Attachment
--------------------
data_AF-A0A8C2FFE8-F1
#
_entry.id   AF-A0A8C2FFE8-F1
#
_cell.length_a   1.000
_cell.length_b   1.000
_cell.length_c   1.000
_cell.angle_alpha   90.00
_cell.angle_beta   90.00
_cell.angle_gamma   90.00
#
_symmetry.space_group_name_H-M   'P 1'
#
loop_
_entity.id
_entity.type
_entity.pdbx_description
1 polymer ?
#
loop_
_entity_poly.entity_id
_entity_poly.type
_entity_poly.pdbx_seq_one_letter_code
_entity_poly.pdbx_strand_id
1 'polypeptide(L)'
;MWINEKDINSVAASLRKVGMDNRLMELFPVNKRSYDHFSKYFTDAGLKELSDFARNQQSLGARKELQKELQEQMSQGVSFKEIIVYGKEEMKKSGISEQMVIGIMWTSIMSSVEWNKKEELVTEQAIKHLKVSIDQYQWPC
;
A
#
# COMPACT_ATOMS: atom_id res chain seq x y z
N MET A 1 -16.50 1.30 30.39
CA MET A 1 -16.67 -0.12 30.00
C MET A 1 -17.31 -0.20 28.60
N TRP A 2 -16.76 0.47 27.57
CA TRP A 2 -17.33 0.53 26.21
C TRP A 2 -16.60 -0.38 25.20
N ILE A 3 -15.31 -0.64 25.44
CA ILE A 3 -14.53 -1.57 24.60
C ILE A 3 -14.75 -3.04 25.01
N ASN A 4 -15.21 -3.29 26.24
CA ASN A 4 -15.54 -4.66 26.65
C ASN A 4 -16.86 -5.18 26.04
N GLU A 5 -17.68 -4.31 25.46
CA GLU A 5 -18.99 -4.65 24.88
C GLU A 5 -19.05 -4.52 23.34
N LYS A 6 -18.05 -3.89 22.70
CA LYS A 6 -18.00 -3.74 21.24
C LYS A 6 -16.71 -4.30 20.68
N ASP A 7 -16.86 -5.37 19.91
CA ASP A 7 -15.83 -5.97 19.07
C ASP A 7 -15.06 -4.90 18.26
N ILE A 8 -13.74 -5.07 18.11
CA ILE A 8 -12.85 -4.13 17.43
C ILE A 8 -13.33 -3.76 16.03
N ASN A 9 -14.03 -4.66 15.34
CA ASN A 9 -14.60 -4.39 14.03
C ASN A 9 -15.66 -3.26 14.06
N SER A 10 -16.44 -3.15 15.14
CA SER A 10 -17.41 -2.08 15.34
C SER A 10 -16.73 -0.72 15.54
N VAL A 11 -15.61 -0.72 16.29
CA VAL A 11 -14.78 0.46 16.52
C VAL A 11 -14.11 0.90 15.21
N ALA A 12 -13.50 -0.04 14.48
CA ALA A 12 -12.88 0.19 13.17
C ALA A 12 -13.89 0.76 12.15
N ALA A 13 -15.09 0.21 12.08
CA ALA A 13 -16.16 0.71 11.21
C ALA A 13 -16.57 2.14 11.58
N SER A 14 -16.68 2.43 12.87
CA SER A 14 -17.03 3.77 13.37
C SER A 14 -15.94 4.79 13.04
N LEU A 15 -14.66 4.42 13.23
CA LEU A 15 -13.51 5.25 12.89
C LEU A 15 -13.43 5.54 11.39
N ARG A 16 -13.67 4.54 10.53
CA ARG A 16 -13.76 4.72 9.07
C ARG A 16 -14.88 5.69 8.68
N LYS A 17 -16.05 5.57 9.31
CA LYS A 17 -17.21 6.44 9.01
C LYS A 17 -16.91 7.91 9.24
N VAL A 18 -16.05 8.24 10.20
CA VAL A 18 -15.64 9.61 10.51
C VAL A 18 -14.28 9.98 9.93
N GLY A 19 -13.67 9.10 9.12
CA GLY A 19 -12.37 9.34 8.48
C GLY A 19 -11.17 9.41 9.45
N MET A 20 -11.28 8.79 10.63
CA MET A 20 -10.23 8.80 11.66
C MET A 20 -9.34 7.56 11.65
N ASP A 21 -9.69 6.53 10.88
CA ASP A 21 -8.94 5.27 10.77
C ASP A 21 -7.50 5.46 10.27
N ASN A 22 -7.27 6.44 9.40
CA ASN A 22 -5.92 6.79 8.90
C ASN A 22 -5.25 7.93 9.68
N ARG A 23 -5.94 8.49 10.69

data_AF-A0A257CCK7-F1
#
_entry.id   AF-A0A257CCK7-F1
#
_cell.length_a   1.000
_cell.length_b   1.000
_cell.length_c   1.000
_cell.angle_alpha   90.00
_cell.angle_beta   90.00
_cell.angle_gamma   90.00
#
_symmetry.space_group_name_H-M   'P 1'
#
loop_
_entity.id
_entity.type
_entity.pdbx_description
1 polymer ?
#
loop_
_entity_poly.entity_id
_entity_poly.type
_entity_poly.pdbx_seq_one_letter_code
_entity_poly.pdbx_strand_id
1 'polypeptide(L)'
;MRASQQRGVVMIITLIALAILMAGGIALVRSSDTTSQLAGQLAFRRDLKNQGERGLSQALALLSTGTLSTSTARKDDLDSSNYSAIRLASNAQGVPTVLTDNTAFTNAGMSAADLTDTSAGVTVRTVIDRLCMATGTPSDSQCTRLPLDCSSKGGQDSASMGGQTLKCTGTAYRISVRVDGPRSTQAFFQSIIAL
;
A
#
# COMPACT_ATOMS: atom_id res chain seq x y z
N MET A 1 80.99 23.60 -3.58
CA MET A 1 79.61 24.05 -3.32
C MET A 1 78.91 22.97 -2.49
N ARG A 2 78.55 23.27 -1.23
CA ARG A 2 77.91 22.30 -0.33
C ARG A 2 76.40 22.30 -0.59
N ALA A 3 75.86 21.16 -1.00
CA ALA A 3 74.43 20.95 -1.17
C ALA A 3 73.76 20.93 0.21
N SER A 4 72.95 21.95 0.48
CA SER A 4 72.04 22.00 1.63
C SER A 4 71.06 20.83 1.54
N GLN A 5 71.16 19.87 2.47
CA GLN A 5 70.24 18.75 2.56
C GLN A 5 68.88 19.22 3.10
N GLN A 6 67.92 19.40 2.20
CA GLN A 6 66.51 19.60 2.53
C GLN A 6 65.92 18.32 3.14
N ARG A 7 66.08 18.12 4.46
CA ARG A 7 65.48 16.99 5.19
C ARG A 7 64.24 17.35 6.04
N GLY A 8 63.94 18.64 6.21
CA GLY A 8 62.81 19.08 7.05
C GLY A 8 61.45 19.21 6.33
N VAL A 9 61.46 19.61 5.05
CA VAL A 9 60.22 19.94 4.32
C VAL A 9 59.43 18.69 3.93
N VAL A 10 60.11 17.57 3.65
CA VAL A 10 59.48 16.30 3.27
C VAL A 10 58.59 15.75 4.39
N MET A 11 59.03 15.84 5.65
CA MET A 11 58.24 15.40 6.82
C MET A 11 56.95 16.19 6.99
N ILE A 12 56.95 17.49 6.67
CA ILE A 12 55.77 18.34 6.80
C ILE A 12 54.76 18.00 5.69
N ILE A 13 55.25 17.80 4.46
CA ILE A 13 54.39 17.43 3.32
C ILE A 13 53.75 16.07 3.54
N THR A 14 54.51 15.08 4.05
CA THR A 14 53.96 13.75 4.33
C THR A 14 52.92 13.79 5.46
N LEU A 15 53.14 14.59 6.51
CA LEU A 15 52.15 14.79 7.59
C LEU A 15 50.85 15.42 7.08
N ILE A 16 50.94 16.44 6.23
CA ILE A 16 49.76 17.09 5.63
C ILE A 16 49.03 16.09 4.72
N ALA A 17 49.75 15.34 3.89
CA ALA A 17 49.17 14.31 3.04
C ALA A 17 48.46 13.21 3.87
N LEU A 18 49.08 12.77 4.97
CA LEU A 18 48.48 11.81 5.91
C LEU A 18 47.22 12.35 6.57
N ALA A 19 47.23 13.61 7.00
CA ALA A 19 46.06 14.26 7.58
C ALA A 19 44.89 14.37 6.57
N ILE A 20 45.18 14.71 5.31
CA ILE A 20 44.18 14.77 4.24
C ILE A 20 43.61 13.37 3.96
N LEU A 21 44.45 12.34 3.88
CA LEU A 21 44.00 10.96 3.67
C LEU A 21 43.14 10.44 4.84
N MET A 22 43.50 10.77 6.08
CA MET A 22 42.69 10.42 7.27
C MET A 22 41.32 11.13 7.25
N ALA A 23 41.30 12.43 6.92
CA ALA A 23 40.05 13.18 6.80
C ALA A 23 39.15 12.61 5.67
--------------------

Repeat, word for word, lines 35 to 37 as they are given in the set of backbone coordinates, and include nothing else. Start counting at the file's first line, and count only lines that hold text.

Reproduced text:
CA TRP A 2 -17.33 0.53 26.21
C TRP A 2 -16.60 -0.38 25.20
N ILE A 3 -15.31 -0.64 25.44